News is developing into a form of collective thinking, a knowledge network, in the words of Jan Schaffer, J-Lab Executive Director who spoke to graduate journalism students at American University on November 20.
Schaffer launched J-Lab: The Institute for Interactive Journalism in 2002, and is one of the leading thinkers in the journalism reform movement. J-Lab is a center of American University’s School of Communication.
Social media, any interactive dialogue, is game changing. This sentiment was voiced by TBD Social Media Producer, Mandy Jenkins a week ago when speaking to Interactive Journalism cohorts 12 and 13 on November 13 and echoed again today by Schaffer.
As more and more content moves online, community news sites are taking advantage of the growth of active contributors.
Hong Eun-taek of ohmynews.com, based in South Korea, believes that news is something that is made not just by public figures, but by people who are allowed to think together.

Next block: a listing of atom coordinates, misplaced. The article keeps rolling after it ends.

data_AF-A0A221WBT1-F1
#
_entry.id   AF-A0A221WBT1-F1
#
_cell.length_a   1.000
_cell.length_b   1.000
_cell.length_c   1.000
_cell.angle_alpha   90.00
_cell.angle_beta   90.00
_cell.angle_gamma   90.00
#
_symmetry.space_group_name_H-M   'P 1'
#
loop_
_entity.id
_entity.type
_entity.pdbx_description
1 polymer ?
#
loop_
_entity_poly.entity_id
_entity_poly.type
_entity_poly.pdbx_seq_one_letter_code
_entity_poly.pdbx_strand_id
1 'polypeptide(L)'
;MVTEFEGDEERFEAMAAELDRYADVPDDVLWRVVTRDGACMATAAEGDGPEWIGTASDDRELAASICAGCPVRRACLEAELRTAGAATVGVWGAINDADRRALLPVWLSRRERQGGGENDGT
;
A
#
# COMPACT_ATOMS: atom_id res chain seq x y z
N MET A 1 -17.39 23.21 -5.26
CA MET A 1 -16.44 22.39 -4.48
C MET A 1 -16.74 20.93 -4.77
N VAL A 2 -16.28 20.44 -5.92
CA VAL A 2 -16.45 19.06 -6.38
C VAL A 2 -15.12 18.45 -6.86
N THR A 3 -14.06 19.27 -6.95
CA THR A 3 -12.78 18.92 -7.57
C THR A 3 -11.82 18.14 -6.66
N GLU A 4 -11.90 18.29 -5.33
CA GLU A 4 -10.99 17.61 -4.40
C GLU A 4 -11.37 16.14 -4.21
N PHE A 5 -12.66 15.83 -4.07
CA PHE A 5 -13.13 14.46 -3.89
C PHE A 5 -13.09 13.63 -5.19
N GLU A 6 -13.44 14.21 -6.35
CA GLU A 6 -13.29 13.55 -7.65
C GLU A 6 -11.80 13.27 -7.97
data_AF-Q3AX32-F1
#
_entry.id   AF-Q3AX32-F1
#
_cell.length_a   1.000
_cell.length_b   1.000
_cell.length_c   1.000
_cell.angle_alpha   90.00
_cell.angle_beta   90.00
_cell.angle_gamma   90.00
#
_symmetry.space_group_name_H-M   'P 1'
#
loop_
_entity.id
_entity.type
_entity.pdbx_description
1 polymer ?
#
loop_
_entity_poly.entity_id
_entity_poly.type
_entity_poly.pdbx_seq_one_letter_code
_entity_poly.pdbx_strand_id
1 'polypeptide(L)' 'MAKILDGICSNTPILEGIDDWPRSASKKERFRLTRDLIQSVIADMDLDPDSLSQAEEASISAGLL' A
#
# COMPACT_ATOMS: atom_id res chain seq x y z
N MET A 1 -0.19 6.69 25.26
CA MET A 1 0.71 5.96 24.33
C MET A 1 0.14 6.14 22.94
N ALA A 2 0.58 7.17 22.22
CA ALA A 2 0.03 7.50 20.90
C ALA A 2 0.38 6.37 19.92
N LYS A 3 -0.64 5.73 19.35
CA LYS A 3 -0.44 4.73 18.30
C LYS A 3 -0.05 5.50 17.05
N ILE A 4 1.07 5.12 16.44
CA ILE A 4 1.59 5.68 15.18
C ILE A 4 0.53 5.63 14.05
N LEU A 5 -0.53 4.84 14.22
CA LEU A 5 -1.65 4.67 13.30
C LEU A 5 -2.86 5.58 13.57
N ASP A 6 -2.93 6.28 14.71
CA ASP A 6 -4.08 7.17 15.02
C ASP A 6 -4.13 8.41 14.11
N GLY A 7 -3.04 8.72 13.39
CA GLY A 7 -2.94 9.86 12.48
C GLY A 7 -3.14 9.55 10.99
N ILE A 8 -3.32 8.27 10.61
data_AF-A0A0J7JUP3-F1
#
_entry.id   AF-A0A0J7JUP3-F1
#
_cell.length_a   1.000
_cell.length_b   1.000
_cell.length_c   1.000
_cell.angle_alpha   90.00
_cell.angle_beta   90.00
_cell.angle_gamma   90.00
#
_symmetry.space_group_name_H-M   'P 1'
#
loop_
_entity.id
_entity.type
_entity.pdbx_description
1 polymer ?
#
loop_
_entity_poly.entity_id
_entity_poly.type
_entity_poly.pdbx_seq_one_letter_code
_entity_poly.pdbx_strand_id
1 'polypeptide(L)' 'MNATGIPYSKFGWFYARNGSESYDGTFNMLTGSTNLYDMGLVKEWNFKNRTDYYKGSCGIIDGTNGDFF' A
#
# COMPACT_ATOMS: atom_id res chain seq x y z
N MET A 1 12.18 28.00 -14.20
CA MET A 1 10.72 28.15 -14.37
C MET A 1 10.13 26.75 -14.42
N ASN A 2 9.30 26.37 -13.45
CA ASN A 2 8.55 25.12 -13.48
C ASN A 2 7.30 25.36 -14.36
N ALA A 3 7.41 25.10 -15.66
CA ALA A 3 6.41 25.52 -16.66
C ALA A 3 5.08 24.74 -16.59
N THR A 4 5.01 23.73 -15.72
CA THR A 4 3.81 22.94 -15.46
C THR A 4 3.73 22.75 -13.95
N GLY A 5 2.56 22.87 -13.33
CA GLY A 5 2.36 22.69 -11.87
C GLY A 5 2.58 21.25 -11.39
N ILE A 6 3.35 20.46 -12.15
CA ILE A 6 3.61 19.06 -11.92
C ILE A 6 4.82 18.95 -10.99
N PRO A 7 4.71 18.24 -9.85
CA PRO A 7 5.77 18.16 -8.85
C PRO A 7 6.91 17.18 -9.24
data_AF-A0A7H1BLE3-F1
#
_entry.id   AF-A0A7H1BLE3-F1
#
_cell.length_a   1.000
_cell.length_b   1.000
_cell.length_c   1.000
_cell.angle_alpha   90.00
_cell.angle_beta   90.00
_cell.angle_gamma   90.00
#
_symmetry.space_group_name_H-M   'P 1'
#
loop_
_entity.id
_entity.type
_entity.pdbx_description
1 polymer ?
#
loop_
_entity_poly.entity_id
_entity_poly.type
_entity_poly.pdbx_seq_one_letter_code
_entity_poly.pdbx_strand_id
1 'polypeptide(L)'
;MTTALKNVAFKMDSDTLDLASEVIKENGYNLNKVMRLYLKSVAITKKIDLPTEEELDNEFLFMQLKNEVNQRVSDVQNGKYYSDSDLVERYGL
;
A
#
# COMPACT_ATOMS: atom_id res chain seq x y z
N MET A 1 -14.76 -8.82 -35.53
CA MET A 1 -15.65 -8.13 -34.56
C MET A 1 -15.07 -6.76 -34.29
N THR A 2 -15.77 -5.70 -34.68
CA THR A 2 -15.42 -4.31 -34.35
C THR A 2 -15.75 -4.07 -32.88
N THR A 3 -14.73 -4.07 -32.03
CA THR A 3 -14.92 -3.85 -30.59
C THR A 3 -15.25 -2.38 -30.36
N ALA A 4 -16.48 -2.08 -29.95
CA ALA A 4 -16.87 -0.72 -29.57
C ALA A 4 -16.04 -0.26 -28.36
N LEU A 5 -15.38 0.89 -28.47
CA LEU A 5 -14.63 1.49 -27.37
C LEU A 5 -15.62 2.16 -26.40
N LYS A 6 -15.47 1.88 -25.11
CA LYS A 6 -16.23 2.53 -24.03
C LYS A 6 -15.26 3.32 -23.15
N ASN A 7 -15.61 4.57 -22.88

Today, social return, in the form of a participatory audience, is a greater mark of success than monetary return. Community news sites are not mass market purveyors, but facilitators, curators and sharers of desirable information. A passive audience can break a site, while an active audience can catapult a site.
Engage, Engage, Engage
Engagement is key: “Engagement is more important than the content itself,” said Schaffer. The attitude “if I put it out there, readers will come” isn’t applicable to a community audience in the same way it might be for mainstream mass media.
Community level coverage is often done by those living in or at least extremely familiar with the community itself. They know the issues and can present them in a way that is not only engaging, but meaningful. Relevance plays an active role in spurning interactivity.
As hyperlocal sites develop, communities have the opportunity to shape how and what issues are covered. “It’s not that there is now a gap to be filled, but that no one was ever reporting in those communities,” Schaffer said.
A stewardship model — a supportive structure that doesn’t expect financial return — is emerging, and will likely carry community journalism outlets into the future.
An Endangered Species May Require a New Species to Survive
Metro dailies are an endangered species — they’ve lost their portfolio and are left with only sports and enterprise stories. Enter community news.
For community news makers, innovation is ripe and demand is fierce. “There is a lot cooking in this space,” said Schaffer.
At this stage, “you’re either in the game or you’re not,” said Schaffer.